I began a census at once, which I continued until the lengthening shadows warned me to hurry on to the river so as to cross in daylight, but in the two or three hours spent in the count I recorded the following:

1 Black-throated Green Warbler, 1 Yellow Rail, 1 Blue-headed Vireo, 1 Red-eyed Vireo, 1 Yellow-bellied Sapsucker, 2 Black-throated Blue Warblers, 3 Flickers, 4 Robins, 5 Fox Sparrows, 5 Savanna Sparrows, 5 Palm Warblers, 7 Myrtle Warblers, 12 Lincoln Sparrows, 15 Ruby-crowned Kinglets, 18 White-crowned Sparrows, 19 Rusty Grackles, 20 Hermit Thrushes, 22 Brown Creepers, 24 Saw-whet Owls, 30 Song Sparrows, 100 Winter Wrens, 130 Swamp Sparrows, 131 Golden-crested Kinglets, 153 White-throated Sparrows, 358 Tree Sparrows, 417 Juncos. Total, 1845.

After consuming all the time I could spare in this work, I walked over two miles or so of beach, where the birds were more common than on the shore where the count was taken; this brought me within half a mile of the mouth of the Sable River, and I then crossed it and turned my steps inland to a railway station.

In Mr. Tripp's letter he spoke of the birds extending for miles along the beach, and I did not even touch the ground he mentioned.

After my return I wrote to various persons near the lake shore and the information received shows up this migration in rather a strange light. It appears that from below Grand Bend, the birds were very numerous until beyond Stoney Point, but towards Kettle Point they diminished and were not plentiful again until Blue Point, beyond which they were "laying six deep in one place." Thus it appears that from the region near Kettle Point to near Blue Point there were very few birds, while northeast of Kettle Point and southwest of Blue Point the destruction was very great.

The northeastern section, of which I covered perhaps two miles, would have approximately 1000 birds to the mile, and the whole section might be perhaps ten miles; the western section probably was thickly covered but the length is unknown, possibly three miles, or perhaps even ten. The lighthouse keepers to the north report no damage, so it is likely that the migration was limited to the district referred to.

It was a surprise to me to learn that the birds crossed Lake Huron, but Mr. W. W. Cooke tells me that he believes that "the birds fly lengthwise of Lake Huron, i.e., north and south, and also diagonally, northwest and southeast, in either case making the longest possible flight over water. The greatest distance they could find on Lake Huron would be less than 200 miles."

Whether this migration was a southern or southeastern one is hard to say. If southeastern, why were there few from Kettle Point (12 miles) to Blue Point, and if southern, why did not the birds, instead of flying parallel with the east shore, turn east and be saved? I hope some of the migration specialists may be able to throw some light on this matter.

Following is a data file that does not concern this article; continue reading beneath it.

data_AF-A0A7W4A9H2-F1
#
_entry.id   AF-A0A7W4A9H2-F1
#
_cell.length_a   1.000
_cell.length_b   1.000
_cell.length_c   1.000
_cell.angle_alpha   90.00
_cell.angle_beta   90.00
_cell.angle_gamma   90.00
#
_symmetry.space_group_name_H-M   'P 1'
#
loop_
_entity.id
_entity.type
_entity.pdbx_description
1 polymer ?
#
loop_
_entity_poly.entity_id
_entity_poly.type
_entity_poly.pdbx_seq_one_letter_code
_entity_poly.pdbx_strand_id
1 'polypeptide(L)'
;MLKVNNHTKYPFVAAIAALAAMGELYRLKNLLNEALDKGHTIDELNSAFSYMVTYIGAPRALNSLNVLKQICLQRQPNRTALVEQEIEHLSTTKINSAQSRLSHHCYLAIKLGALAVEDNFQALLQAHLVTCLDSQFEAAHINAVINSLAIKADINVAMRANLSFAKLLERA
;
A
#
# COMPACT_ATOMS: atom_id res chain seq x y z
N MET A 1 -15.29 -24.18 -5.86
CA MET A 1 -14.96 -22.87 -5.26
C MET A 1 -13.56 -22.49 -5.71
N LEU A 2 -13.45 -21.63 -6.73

In questioning the few residents I saw, they concurred in saying that this occurrence had no parallel in their experience.

A few notes on the status of the migration of the species in this disaster may be of interest.

The first migration of Juncos in any number was observed at London September 30, and a vast number had passed before the date of the storm.

Tree Sparrows were just coming, and were first seen near London October 22.

White-throats began to arrive in numbers September 15, and no more were noted after October 14, one week earlier than their average date of departure.

Golden-crowned Kinglets arrived at London September 25, and the movement had nearly ceased by October 10.

Swamp Sparrows do not come under my observation very much in the fall, and the last was seen September 5.

White-crowned Sparrows passed through without notice. Two Lincoln Sparrows were seen near London September 5 and 20, October 3 being the latest record in any year. Not more than one Savanna Sparrow was noted on any day after October 3.

Fox Sparrows were not observed at London until October 28, though the average date of arrival is October 3.

The migration of Winter Wrens reached London September 15, and the last was noted September 20; since then, one specimen only, on October 30. The average date of the last specimen is October 22.

The Saw-whets were a surprise. They are rare in western Ontario, and one sees them only at intervals of many years. Evidently they migrate in considerable numbers. The length of the Robin flight at London was from September 26 to October 5.

Flickers and Yellow-bellied Sapsuckers were last seen on October 7.

Red-eyed Vireos were last seen October 12, which is the very latest date I have, and have only one other October record. Blue-headed Vireos were last seen on September 28. Black-throated Blue Warblers were last seen on September 20, and Black-throated Green on October 3.

Hermit Thrushes had nearly all passed, but were seen until October 16. I have been a careful student of migrations for many years, but the lesson of this storm shows how many species and individuals one may miss when the birds are silent.

 

W. E. SAUNDERS, London, Ontario.
==============================================
Deborah Allen and Robert DeCandido PhD

Follow us on Twitter: @DAllenNYC and/or @BirdingBobNYC

 young (hatch-year) Rose-breasted Grosbeak by Doug Leffler